Sun Microsystems’ announcement last week that it will post a larger-than-expected loss in its fiscal first quarter is the latest evidence that Sun is trying to exorcise demons.
With increasingly powerful Intel-powered boxes running Linux, which call into question the need for Solaris on Sparc, Sun has only managed to post three profitable quarters — slim at that — in the last eight.
But Sun is fighting back, touting new low-cost products and an interesting new software story.
Regarding the former, Mark Tolliver, executive vice president of marketing and strategy and chief strategy officer, says Sun already offers some Intel-based servers for less than Dell, and much less than Hewlett-Packard and IBM. “And our one- and two-way entry-level Sparc servers are 65 per cent cheaper than they were two years ago,” he says.
But can Sun ramp up the low-cost business fast enough to offset declining demand for higher margin products? “We have to do it,” Tolliver says.
To help round out the balance sheet, Sun is also looking to drive up sales of higher margin software. The company led the recent SunNetwork user conference with a software announcement, the Sun Java Enterprise System (formerly Project Orion).
As we reported, this is an infrastructure software suite that includes homegrown code and products acquired over the past five years. It includes identity management controls, Web and application servers, messaging, calendaring and portal tools, and clustering services for availability.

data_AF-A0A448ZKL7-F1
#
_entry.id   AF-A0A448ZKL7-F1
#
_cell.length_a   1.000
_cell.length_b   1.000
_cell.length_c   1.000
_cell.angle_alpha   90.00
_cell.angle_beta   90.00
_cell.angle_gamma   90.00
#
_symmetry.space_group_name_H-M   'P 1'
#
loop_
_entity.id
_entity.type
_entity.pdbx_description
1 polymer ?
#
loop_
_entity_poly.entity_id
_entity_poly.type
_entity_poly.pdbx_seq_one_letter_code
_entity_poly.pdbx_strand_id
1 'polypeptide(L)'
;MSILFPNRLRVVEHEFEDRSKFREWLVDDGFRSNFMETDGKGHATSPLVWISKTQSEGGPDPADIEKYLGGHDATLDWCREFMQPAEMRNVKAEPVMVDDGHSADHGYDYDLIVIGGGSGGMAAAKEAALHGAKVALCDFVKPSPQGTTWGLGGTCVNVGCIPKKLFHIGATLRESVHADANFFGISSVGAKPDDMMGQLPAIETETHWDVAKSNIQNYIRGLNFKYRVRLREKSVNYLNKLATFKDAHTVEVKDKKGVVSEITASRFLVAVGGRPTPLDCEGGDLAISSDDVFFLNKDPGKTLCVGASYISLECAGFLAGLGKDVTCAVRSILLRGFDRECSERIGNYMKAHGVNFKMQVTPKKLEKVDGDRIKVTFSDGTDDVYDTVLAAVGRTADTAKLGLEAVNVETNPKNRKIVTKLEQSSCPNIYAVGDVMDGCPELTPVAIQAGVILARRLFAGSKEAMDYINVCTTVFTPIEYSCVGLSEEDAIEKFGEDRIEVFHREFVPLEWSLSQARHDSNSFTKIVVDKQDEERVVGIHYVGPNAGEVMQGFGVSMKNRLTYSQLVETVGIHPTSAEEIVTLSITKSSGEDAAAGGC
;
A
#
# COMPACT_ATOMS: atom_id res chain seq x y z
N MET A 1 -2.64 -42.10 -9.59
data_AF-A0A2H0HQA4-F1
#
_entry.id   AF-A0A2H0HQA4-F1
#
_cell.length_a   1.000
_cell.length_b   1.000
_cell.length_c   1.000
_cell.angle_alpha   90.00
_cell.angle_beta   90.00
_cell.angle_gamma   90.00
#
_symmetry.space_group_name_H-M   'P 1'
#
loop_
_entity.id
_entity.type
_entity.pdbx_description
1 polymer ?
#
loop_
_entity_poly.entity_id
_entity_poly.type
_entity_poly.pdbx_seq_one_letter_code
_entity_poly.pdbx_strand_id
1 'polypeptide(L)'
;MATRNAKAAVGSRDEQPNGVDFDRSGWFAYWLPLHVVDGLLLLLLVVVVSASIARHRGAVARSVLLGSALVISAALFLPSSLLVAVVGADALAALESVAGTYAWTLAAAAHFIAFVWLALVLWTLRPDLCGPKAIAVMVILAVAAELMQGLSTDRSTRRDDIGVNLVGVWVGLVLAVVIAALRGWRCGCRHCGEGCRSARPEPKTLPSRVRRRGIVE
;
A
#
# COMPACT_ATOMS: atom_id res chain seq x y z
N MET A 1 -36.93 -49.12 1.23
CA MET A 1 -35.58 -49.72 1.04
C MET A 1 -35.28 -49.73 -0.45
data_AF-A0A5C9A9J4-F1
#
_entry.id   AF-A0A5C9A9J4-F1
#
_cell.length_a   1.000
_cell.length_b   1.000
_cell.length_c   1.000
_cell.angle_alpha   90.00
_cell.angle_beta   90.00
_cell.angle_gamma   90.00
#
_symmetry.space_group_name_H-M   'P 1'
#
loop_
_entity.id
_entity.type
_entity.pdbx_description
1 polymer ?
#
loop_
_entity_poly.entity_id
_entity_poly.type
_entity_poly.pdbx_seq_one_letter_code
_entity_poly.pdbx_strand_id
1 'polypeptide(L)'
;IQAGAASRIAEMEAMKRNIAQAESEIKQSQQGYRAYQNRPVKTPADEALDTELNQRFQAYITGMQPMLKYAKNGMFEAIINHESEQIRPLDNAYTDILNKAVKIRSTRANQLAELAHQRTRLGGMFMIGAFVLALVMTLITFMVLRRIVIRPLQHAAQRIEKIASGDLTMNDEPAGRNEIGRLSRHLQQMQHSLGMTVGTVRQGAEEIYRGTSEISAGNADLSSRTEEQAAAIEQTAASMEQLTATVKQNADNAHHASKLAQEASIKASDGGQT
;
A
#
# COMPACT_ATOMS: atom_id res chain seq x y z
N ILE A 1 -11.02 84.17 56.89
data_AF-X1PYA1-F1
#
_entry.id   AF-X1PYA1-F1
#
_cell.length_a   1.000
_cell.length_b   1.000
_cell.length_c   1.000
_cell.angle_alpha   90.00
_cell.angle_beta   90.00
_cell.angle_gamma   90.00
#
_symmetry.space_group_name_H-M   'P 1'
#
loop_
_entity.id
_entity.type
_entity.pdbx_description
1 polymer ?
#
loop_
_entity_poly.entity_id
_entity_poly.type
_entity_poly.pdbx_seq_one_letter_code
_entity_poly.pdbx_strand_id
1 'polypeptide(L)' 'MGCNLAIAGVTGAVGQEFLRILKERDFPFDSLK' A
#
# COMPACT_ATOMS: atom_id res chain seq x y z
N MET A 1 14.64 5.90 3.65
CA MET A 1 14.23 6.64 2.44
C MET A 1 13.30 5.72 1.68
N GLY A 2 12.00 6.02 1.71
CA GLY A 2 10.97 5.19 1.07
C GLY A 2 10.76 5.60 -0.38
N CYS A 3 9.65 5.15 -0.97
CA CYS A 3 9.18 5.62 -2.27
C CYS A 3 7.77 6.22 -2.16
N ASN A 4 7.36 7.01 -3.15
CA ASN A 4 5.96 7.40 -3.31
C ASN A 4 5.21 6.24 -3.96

Delivering the tools as an integrated suite ensures the pieces work together. And Sun will update the suite on a fixed, quarterly basis and deliver a single installer for automated updating, which saves customers the hassle of keeping up with and keeping track of various versions and releases.
The kicker: the entire suite costs $US100 per employee, per year, which includes service, support and a certain amount of professional services. So no more complex negotiations, no huge upfront cost, no mixed billing cycles and no more auditing.
Tolliver, who used to run Sun’s software business, says he thinks this changes the software game. With current software licensing practices, “once you write me that first $6 million cheque, I have an almost irresistible urge to seek the next one,” he says.
The pricing scheme and delivery model are indeed compelling, but the question is whether the software itself is compelling enough to attract customers. As attractive as it looks, most companies are already committed to products in these categories.